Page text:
Submission

Manuscripts should be submitted via Emerald http://www.emeraldinsight.com/journal/jkm in the Article Type “Special Issue: Global Health Emergency, Risk and Knowledge Management Across Cultures”. Submissions should not have been previously published nor be currently under consideration for publication elsewhere. Refereeing and the selection of papers follow the normal standards of JKM. For details related to the format, please refer to the webpage: http://emeraldgrouppublishing.com/authors/index.htm.


References

Beveren, V. and John. (2003), “Does health care for knowledge management?”, Journal of Knowledge Management, Vol. 7 (1), pp. 90-95.

Buckley, P. J., Doh, J. P. and Benischke, M. H. (2017), “Towards a renaissance in international business research? Big questions, grand challenges, and the future of IB scholarship”, Journal of International Business Studies, Vol. 48 No. 9, pp. 1045–1064.

Chin, T., Wang, S. and Rowley, C. (2020), “Polychronic knowledge creation in cross-border business models: A Sea-like heuristic metaphor”, Journal of Knowledge Management, https://doi.org/10.1108/JKM-04-2020-0244.

Del Giudice, M., Carayannis, E.G. and Maggioni, V. (2017a), “Global knowledge intensive enterprises and international technology transfer: emerging perspectives from a quadruple helix environment”, Journal of Technology Transfer, Vol. 42 No. 2, pp. 229–235.

Del Giudice, M., Khan, Z., De Silva, M., Scuotto, V., Caputo, F., and Carayannis, E. (2017b). “The microlevel actions undertaken by owner‐managers in improving the sustainability practices of cultural and creative small and medium enterprises: A United Kingdom–Italy comparison.”, Journal of Organizational Behavior, Vol. 38 No. 9, pp. 1396-1414.

Fletcher-Brown, J., Carter, D., Pereira, V., and Chandwani, R. (2020), “Mobile technology to give a resource-based knowledge management advantage to community health nurses in an emerging economies context”, Journal of Knowledge Management, ahead-of-print(ahead-of-print).

Mitchell, R. and Boyle, B. (2010), “Knowledge creation measurement methods”, Journal of Knowledge Management, Vol. 14 No. 1, pp. 67-82.

Nambisan, S., Zahra, S. A., and Luo, Y. (2019), “Global platforms and ecosystems: Implications for international business theories”, Journal of International Business Studies, https://doi.org/10.1057/s41267-019-00262-4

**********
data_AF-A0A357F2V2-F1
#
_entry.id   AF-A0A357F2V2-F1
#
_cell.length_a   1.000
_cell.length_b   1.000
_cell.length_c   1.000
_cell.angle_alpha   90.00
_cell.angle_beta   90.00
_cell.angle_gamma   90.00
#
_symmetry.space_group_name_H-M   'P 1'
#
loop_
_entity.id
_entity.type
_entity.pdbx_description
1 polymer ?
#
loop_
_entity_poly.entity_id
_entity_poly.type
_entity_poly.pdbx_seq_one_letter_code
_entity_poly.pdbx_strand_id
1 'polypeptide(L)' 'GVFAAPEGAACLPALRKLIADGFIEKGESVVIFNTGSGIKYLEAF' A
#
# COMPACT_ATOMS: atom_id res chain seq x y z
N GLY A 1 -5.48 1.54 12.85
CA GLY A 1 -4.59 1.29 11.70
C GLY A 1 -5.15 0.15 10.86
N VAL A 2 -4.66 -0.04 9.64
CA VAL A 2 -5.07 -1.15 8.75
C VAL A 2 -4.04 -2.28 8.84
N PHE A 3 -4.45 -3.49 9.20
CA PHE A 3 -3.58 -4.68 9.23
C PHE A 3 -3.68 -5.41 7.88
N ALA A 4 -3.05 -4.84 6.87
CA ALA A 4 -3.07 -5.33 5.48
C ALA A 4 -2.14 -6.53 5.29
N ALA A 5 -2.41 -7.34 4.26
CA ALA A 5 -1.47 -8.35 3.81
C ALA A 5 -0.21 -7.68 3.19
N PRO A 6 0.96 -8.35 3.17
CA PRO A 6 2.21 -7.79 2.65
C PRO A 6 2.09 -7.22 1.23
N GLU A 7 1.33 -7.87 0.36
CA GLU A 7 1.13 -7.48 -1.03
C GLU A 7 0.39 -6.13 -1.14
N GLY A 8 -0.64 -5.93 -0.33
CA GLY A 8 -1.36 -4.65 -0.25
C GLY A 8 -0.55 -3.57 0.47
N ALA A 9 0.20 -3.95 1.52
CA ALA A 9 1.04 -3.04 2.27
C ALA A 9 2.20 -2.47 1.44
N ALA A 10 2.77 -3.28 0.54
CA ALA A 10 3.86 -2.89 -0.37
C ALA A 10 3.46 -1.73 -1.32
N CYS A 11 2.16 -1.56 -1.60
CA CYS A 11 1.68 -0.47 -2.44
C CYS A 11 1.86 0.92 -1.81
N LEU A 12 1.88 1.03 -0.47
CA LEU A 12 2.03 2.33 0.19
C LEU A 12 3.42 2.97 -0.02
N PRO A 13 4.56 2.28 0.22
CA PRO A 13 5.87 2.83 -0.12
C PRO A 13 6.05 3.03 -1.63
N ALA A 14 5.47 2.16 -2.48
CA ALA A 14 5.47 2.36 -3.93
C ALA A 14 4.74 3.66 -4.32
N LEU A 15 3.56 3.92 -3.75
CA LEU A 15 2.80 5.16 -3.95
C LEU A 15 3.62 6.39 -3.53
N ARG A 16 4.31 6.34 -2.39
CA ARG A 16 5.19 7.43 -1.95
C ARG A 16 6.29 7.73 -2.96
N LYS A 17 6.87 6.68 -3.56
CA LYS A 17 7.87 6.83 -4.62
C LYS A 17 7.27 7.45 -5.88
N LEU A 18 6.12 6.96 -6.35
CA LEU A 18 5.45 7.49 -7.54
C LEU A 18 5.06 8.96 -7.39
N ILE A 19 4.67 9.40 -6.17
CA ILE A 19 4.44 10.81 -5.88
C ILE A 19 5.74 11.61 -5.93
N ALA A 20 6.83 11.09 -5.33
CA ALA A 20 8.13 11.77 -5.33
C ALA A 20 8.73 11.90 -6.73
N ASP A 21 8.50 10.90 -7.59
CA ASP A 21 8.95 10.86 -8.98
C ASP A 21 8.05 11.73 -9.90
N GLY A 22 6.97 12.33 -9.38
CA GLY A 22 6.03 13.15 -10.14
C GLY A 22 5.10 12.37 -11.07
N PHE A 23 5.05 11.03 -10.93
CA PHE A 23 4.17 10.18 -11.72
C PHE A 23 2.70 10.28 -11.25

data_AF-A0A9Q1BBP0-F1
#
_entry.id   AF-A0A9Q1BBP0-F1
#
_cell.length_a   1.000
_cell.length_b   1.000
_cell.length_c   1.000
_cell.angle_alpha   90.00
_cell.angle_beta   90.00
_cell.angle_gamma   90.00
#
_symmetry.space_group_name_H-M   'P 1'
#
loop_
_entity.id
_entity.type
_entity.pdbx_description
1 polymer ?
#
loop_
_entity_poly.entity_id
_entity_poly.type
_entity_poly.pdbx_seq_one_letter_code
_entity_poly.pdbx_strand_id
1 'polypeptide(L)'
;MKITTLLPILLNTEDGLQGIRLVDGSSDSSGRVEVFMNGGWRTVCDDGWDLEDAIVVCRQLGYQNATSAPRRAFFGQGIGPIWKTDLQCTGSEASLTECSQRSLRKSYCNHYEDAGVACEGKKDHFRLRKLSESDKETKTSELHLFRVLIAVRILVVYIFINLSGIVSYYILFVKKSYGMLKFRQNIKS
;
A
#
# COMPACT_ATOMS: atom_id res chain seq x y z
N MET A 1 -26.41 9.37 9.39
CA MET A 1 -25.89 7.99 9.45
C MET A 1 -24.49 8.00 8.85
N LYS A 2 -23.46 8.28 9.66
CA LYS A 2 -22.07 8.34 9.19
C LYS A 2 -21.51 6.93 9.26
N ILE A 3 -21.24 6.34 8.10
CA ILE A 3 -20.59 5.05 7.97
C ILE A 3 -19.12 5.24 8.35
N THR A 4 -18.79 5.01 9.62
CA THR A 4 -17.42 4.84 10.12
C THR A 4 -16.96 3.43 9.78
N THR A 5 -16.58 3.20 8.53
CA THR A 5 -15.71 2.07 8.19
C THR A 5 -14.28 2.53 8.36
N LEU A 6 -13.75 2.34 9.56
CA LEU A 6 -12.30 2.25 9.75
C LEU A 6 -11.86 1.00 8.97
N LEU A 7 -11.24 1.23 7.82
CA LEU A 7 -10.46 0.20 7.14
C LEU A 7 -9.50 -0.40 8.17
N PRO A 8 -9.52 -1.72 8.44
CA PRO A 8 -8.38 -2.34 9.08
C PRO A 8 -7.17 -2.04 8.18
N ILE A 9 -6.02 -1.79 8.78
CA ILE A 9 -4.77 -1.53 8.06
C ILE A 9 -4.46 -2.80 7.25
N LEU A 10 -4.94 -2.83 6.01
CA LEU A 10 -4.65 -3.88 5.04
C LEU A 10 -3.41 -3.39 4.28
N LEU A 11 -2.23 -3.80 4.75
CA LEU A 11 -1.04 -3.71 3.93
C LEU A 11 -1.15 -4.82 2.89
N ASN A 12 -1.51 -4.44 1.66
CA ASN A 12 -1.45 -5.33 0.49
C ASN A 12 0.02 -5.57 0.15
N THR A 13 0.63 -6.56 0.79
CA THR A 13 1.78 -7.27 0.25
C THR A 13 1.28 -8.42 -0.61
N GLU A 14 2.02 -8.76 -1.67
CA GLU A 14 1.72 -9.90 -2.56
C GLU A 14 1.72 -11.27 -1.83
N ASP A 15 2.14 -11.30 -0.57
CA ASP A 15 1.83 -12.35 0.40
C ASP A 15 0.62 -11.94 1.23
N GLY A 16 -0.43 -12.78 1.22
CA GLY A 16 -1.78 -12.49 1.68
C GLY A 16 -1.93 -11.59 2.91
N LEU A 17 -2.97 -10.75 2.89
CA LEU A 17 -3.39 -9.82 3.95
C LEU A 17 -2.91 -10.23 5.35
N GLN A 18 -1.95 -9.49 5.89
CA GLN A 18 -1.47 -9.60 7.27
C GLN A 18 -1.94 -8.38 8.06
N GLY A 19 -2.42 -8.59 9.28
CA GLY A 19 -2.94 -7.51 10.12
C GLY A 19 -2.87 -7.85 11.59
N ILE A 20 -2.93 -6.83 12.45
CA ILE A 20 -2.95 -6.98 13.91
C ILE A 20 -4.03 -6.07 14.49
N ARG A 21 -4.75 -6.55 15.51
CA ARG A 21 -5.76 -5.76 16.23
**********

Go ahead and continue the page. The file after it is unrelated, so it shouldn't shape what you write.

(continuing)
Nonaka, I. and Toyama, R. (2003), “Knowledge-creating theory revisited: knowledge creation as a synthesizing process”, Knowledge Management Research & Practice, Vol. 1 No.1, pp. 2–10.

Papa A., Dezi L., Gregori G. L., Mueller J. and Miglietta N. (2018), “Improving innovation performance through knowledge acquisition: the moderating role of employee retention and human resource management practices”, Journal of Knowledge Management, https://doi.org/10.1108/JKM-09-2017-0391.

Rowley, C. and Ulrich, D. (2012), “Lessons learned and insights derived from leadership in Asia”. Asia Pacific Business Review, Vol. 18 No.4, pp. 675–681.

Rowley, C. and Oh, I. (2019), “New perspectives on East Asian leadership in the age of globalization: local grounding and historical comparisons in the Asia Pacific region”. Asia Pacific Business Review, Vol. 25 No.2, pp. 307–315.

Sánchez-Polo, M. T., Cegarra-Navarro, J. G., Cillo, V., and Wensley, A. (2019), “Overcoming knowledge barriers to health care through continuous learning”, Journal of Knowledge Management, Vol. 23(4).

Santoro, G., Bresciani, S., and Papa, A. (2018), “Collaborative modes with Cultural and Creative Industries and innovation performance: The moderating role of heterogeneous sources of knowledge and absorptive capacity”, Technovation, Vol 92–93, https://doi.org/10.1016/j.technovation.2018.06.003

Sarala, R. M., Cooper, C., Junni, P. and Tarba, S. (2016), “A socio-cultural perspective on knowledge transfer in mergers and acquisitions”, Journal of Management, Vol. 42 No.5, pp. 1230–1249.

Scuotto, V., Santoro, G., Bresciani, S. and Del Giudice, M. (2017), “Shifting intra- and inter-organizational innovation processes towards digital business: An empirical analysis of SMEs”, Creativity and Innovation Management, Vol. 26 No. 3, pp. 247-255.

Singh, J. B., Chandwani, R., Kumar, M., Carayannis, E., and Tsui, E. (2018), “Factors affecting web 2.0 adoption: exploring the knowledge sharing and knowledge seeking aspects in healthcare professionals”, Journal of Knowledge Management, 00-00.

Souza, V.P.d.P.d., Baroni, R., Choo, C.W., Castro, J.M.d. and Barbosa, R.R. (2020), "Knowledge management in health care: an integrative and result-driven clinical staff management model", Journal of Knowledge Management, Vol. ahead-of-print No. ahead-of-print.

Wang, S. and Chin, T. (2020), “A stratified system of knowledge and knowledge icebergs in cross-cultural business models: Synthesizing ontological and epistemological views”, Journal of International Management, https://doi.org/10.1016/j.intman.2020.100780.

Wang, Y., and Byrd, T. A. (2017), “Business analytics-enabled decision-making effectiveness through knowledge absorptive capacity in health care”, Journal of Knowledge Management.

Zahra, S. A., Neubaum, D. O. and Hayton, J. (2020), “What do we know about knowledge integration: Fusing micro- and macro-organizational perspectives”, Academy of Management Annals, Vol. 14 No. 1, pp. 160-194.